The strictures Rebecca lived with until age 7 were much more confining than ours. The list of don'ts was long for us but at least they didn't forbid the library. I can't imagine my childhood without the library. Rebecca lucked out when a teacher who didn't know her parents forbade it gave her a pass to the library when she finished worksheets well inside the allotted time. There she found hope and windows into other worlds than her own.

I highly recommend this book. Especially to anyone who escaped, knows someone who escaped, or knows someone in a fundamentalist sect/cult. Or anyone wishing to know what life without freedom looks and feels like--when every thought is dictated and every act is witnessed with judging eyes; when the judge lives inside you monitoring everything and finding it wanting. So what if it destroys self-worth. You are not supposed to have a self.

Read more...

Saturday, April 28, 2018

My Brain on Books XX

I am reading for The Office of Letters and Lights the folks who bring us NaNoWriMo today as I love what they are doing for literacy with their Young Writer's Programs and because I've participated in NaNo every year since 2004.  I have been blessed to have it in my life and would like to give something back if only kudos and link love.  I'm putting this plug at the top in hopes some who stop by will check out their site and see all the great things they do to foster love of reading and writing and story in kids.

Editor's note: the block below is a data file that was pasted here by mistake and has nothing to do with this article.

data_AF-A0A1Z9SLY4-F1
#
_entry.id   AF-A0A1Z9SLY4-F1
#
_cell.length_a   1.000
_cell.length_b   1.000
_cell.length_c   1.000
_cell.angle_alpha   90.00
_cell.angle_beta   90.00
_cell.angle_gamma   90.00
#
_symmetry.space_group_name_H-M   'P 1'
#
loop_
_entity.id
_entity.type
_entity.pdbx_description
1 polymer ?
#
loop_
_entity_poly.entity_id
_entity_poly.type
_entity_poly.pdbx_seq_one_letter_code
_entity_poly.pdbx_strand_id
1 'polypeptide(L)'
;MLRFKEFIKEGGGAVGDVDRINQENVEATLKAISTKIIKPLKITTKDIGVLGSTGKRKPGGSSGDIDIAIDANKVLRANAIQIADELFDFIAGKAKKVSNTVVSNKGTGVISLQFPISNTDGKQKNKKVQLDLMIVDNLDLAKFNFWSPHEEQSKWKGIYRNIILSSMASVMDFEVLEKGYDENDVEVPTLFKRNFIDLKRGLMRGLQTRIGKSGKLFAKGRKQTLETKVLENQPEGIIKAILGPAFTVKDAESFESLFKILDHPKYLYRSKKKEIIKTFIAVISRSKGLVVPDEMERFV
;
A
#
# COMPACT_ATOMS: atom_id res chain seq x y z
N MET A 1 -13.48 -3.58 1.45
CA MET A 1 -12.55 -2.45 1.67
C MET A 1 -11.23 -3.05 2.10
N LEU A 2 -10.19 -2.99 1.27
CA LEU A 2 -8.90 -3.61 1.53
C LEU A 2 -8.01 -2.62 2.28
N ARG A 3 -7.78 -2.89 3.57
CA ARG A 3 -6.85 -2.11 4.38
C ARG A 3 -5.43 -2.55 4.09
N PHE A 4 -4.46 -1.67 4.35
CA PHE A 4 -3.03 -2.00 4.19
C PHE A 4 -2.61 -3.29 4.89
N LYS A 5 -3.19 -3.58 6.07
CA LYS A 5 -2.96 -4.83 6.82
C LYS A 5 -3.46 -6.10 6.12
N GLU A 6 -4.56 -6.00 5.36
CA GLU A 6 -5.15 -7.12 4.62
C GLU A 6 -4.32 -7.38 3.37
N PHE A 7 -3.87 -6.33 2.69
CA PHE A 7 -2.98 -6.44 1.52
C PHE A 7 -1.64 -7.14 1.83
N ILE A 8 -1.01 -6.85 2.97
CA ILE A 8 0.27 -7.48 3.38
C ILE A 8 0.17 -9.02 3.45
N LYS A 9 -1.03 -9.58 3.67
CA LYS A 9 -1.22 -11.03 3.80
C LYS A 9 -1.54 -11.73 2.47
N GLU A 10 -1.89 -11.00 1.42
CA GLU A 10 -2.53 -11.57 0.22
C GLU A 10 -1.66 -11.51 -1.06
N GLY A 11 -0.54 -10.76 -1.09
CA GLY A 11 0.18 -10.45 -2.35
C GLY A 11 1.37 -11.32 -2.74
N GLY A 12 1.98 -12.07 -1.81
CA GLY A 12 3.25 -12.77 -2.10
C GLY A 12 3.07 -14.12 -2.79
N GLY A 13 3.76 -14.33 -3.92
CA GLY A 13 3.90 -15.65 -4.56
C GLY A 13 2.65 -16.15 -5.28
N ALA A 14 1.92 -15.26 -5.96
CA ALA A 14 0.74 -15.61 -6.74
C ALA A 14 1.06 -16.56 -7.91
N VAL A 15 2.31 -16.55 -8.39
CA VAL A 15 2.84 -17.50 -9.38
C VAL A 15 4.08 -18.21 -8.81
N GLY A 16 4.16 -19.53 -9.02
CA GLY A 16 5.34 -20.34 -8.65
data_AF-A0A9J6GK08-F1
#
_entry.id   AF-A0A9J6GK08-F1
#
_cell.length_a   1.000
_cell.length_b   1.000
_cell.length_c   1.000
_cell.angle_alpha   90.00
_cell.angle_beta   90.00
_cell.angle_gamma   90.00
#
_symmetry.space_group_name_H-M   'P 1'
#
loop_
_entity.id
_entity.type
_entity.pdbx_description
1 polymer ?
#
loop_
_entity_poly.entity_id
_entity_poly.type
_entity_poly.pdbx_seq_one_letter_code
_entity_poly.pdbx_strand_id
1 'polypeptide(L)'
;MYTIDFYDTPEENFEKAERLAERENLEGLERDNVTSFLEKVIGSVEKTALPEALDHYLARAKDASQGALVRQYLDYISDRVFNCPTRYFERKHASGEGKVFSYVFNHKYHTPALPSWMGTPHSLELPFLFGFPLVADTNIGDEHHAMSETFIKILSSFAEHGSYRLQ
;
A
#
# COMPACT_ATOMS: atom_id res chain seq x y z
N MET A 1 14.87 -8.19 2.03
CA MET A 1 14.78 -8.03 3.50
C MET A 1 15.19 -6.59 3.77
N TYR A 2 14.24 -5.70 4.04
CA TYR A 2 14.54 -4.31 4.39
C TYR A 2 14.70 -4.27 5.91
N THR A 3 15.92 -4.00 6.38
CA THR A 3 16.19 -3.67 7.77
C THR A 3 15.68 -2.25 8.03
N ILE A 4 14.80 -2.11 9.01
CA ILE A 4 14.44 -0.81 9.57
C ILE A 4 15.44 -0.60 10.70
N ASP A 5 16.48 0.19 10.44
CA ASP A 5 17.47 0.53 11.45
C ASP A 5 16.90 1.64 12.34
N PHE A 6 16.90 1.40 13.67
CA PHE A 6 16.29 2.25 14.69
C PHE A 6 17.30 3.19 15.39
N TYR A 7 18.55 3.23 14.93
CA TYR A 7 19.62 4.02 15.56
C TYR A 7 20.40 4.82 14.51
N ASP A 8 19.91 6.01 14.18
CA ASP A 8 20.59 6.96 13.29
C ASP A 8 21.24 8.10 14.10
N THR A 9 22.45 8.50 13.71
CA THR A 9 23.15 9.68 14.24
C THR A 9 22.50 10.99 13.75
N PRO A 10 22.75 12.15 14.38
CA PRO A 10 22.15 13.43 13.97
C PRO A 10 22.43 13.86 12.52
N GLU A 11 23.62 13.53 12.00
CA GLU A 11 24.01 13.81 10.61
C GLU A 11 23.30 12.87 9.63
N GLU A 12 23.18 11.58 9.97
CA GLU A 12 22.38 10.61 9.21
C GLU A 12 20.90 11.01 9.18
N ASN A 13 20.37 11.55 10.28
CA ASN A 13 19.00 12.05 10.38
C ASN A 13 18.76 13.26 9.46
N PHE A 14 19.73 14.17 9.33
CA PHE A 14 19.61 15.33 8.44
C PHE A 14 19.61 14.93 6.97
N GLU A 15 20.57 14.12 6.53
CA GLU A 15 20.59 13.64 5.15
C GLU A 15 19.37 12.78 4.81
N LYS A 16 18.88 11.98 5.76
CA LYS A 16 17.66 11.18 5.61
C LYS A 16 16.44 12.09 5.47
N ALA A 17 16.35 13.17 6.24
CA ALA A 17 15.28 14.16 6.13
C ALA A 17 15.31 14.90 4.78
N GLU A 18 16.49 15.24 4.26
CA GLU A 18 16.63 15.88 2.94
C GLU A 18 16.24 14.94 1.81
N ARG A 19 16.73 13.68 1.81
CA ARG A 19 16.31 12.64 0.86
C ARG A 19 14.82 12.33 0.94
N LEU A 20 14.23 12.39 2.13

This post will be organized like a blog inside a blog with recent updates stacked atop previous ones. I may be posting some updates on Twitter @Joystory and the Joystory fb fanpage. But this is where I do anything more than a line or two.  Including mini-challenges that don't require a separate post..